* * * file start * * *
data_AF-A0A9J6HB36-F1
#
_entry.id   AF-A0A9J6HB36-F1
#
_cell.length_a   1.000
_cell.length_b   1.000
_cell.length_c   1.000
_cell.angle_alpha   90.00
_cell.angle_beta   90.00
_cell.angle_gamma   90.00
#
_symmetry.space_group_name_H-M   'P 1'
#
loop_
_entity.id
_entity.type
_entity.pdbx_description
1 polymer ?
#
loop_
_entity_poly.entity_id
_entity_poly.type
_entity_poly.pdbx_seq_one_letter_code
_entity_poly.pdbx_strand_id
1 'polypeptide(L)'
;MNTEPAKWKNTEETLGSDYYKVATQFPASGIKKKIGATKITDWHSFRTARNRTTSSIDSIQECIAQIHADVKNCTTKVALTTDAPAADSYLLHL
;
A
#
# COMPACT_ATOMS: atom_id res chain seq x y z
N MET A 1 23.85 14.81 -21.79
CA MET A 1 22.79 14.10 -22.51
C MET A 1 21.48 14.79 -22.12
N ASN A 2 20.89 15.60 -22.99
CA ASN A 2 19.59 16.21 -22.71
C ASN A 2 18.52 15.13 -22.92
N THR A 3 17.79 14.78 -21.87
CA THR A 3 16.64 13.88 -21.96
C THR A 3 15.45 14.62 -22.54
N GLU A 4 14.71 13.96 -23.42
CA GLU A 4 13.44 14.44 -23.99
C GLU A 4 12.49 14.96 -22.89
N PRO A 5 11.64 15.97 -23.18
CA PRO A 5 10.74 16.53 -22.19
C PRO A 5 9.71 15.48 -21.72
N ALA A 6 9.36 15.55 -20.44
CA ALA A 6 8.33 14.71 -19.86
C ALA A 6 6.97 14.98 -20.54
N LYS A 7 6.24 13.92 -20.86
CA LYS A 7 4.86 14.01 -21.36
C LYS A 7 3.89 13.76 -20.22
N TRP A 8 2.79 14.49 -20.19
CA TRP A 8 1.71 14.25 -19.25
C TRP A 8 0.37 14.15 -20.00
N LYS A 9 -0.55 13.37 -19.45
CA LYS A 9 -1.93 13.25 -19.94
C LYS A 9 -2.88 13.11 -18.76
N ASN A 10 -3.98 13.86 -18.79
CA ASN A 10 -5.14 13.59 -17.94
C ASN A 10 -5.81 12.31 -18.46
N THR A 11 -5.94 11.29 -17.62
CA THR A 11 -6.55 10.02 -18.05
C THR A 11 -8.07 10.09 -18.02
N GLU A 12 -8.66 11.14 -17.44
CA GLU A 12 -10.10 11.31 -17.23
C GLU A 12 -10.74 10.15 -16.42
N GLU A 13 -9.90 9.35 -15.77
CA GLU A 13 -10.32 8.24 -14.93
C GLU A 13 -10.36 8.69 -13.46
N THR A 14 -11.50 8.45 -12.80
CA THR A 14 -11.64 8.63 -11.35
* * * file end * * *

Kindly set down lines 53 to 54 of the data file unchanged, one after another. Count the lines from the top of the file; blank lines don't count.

CA TRP A 8 1.71 14.25 -19.25
C TRP A 8 0.37 14.15 -20.00